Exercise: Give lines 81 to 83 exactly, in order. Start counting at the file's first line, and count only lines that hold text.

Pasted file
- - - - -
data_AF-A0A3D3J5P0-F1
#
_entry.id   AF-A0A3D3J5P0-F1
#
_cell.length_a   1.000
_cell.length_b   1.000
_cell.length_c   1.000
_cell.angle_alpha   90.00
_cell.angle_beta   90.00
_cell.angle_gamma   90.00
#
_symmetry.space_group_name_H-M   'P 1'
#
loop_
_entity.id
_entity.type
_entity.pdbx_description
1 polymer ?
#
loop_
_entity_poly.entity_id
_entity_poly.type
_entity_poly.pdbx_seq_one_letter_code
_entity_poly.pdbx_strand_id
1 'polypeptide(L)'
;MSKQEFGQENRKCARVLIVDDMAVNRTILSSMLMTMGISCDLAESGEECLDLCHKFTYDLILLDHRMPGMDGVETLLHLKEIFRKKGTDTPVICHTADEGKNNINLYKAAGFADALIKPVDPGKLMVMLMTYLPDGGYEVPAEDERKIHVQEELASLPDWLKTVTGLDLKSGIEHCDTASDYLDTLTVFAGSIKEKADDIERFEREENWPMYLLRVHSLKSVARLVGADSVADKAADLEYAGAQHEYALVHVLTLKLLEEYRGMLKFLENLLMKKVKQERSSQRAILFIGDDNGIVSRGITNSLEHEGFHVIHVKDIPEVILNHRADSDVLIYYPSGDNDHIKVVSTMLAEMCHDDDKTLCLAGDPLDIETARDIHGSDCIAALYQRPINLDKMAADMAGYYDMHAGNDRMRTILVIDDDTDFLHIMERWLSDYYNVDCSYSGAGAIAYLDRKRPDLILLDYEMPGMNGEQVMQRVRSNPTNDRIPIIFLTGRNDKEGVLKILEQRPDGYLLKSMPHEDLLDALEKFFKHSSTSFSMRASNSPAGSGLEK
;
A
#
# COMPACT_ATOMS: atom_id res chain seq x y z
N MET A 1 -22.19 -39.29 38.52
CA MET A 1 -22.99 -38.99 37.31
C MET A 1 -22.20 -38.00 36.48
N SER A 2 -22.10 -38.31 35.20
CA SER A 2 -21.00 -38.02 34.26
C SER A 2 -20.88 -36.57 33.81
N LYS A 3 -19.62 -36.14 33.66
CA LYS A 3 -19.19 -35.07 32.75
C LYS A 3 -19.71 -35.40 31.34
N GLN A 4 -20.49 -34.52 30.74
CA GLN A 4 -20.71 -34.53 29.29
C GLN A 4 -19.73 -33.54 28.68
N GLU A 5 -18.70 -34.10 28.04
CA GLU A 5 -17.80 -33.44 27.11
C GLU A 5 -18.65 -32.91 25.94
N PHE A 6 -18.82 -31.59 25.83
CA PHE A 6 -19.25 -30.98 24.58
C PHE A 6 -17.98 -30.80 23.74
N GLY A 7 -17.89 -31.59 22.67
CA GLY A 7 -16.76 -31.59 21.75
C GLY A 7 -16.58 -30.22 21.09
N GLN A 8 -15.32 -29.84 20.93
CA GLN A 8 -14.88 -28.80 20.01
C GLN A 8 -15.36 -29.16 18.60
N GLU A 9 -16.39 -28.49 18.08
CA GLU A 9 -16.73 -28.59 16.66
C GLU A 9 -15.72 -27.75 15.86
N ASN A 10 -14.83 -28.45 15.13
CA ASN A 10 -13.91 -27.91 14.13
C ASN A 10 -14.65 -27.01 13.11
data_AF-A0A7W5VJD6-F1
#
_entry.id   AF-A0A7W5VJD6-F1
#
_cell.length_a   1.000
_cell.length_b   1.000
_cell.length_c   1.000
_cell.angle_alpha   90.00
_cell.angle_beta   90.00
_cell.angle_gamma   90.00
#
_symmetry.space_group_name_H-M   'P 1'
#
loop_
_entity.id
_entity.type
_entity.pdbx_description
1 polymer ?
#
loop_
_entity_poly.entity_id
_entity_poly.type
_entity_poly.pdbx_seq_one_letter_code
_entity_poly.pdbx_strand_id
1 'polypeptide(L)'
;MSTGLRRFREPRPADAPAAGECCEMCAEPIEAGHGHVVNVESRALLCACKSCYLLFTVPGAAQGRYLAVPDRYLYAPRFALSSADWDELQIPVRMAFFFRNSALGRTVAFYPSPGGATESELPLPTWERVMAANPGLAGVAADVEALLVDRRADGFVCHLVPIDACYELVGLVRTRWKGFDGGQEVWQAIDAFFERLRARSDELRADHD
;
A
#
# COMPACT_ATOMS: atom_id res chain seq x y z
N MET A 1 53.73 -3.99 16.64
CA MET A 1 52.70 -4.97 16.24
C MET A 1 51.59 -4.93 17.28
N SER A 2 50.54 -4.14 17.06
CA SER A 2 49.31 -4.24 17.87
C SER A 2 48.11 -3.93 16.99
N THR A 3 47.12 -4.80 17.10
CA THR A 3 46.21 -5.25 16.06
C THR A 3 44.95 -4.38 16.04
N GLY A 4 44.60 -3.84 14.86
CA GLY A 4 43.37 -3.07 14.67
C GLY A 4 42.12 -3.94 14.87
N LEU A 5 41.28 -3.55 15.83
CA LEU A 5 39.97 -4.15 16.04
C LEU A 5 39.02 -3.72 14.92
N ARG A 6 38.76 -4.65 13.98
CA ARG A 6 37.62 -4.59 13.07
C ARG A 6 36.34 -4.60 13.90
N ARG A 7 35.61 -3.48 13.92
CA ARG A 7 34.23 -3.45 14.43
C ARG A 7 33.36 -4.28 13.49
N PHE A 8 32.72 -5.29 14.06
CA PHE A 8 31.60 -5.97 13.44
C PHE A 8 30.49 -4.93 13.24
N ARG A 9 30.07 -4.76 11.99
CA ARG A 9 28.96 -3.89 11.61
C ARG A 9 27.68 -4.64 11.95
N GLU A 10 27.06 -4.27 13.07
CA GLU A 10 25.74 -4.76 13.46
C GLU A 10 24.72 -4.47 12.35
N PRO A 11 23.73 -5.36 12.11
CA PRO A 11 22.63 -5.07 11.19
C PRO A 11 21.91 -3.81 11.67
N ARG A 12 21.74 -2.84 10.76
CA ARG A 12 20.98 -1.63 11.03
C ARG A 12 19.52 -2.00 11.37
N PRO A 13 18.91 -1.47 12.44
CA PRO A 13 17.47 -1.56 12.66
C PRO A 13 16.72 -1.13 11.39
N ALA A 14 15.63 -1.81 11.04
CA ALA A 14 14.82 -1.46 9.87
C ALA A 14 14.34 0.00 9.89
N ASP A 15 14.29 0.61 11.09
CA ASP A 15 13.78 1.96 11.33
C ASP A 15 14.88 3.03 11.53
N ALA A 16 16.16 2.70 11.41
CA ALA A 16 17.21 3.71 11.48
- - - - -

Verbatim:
_entity_poly.entity_id
_entity_poly.type
_entity_poly.pdbx_seq_one_letter_code